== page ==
Where to spend your tenge in Kazakhstan – and what to spend them on

Kazakhstan is a transcontinental state. This means it is situated across two continents. In this case it is partly in Asia and partly in Europe. It is actually situated with Russia to the north and they share a border with each other. Its south eastern corner borders China and Uzbekistan and Kyrgyzstan are both to the south.

The capital of the country is Astana and this boasts many sights that tourists tend to include on their itinerary. The most popular sight is the Tower of Bayterek. It is quite spectacular and you can go up the 97 metre high tower (not including the spire) to see the view over the city. It is lit up at night too, and this makes it well worth seeing at this time as well. The city also has an oceanarium that is very popular.

The country has yet to be discovered properly by tourists, although many more are doing so all the time. You can visit the Altai Mountains here, as they exist in Kazakhstan and many neighbouring countries as well. Some call the mountains desolate but you are likely to enjoy the time you spend here if you take a walk through the landscape. Don’t assume you have to climb a mountain to enjoy this area; in fact there are many walks of many lengths and types you could choose from. It is just as easy to pick a short walk over relatively flat ground as it is to tackle a peak.

Also in terms of nature you have the Aksu-Zhabagly Nature Reserve. This is a great place to visit and it is the oldest reserve of its kind in this part of the world. Again there are some stunning landscapes here and you can really enjoy the time at one with the world. You are probably starting to see just how popular Kazakhstan could eventually be with those who love getting closer to nature.

There are other destinations you might like to visit though, such as the Shymkent Zoo in the place of the same name. With more than 1,500 animals here and more than 200 species, there is plenty to discover and explore. It is not the only zoo in the country but it is worth a visit if you are close by. For instance you could also go to the Karagandy Zoo. This is based in the city of Karaganda.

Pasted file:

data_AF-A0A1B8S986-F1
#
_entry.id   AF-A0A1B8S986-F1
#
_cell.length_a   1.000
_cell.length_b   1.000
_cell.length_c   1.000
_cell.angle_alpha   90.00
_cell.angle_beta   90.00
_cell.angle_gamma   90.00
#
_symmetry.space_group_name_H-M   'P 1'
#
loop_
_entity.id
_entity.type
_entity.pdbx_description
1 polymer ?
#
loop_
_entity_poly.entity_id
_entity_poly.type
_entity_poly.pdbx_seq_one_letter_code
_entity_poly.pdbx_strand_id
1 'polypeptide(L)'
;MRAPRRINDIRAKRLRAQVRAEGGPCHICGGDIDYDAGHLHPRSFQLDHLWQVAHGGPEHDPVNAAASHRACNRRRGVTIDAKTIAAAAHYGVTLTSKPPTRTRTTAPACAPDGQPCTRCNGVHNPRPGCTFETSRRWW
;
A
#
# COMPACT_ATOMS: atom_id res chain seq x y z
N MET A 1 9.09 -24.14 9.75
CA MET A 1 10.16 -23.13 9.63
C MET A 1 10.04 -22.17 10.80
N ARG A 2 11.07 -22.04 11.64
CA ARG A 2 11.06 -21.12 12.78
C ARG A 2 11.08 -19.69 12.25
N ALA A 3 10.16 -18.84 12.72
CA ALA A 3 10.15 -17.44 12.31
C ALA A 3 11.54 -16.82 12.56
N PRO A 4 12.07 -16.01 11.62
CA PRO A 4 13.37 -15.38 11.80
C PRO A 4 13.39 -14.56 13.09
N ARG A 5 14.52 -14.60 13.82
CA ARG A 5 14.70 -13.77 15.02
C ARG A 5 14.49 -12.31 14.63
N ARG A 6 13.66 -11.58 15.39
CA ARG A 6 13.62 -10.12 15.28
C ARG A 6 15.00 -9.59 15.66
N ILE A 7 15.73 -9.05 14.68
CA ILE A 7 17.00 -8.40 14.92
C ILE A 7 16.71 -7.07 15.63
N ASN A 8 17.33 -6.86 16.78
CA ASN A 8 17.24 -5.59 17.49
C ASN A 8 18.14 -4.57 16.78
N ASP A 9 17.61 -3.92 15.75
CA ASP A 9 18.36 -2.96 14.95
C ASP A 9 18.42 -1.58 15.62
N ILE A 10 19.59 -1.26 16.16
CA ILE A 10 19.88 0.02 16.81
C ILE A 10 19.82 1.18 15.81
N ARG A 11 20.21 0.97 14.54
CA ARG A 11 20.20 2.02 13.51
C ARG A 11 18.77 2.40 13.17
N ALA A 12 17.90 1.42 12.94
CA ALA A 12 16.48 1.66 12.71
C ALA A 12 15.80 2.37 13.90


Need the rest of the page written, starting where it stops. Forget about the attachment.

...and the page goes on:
Meanwhile if you should find yourself in Almaty one of the highlights here is definitely the Central State Museum. This offers up various archaeological finds that will show you something of the history of the country. These date back to the Bronze Age and bring you right up to date, thus taking you through the entire history of the country. It is quite an experience and not one you would want to rush.

Conclusion

At the moment Kazakhstan is not a country you would think of when it comes time to sit down and plan your holidays each year. However it would be worth thinking about visiting this country if you want to try something a little different. Sitting as it does on the border between Europe and Asia, it has a unique feel about it that is neither European nor Asian in nature. If you want to find out more about it the best way is to experience it for yourself. Kazakhstan may be a long way from being a top holiday destination but all the while its great cities and amazing natural sights are a well-kept secret, why not make the most of seeing them for yourself?

 

Comment

  1. I frequently travel on business and I thought I was quite well read on all the currencies, but I see there are quite a few I have missed! This is not a currency I had ever heard of but the information here is quite fascinating. I doubt my business would ever take me to the location but it is still good to read about it in some ways. It means you can learn more.

    — TKL · Nov 30, 11:54 AM · #

  2. This is a new one to me as well. I don’t think I would ever venture into Kazakhstan but I suppose you never know. It’s strange how some areas of the world are not known for being tourist hot spots, whereas others make most of their income from tourism. I think it would be interesting to head into the mountains though to see the wildlife, provided you know what you are doing and you are prepared!

    — JamieK · Feb 28, 11:18 AM · #

  3. I have heard of the country before but that is about it. It always worries me to read these reviews about a place and then reach the end and be warned about things like terrorism though. Even if it is usually safe to visit somewhere like this, I don’t think I would want to go enough to get over the fear of a terrorist attack. Although I don’t suppose there are many places in the world you could visit without fear of that happening.

    — CDixon · Oct 28, 04:59 PM · #

  4. I’ve only heard of this place in that famous film. I always thought it was a fake one but apparently not. Oops.

    — Kate · Apr 12, 02:13 PM · #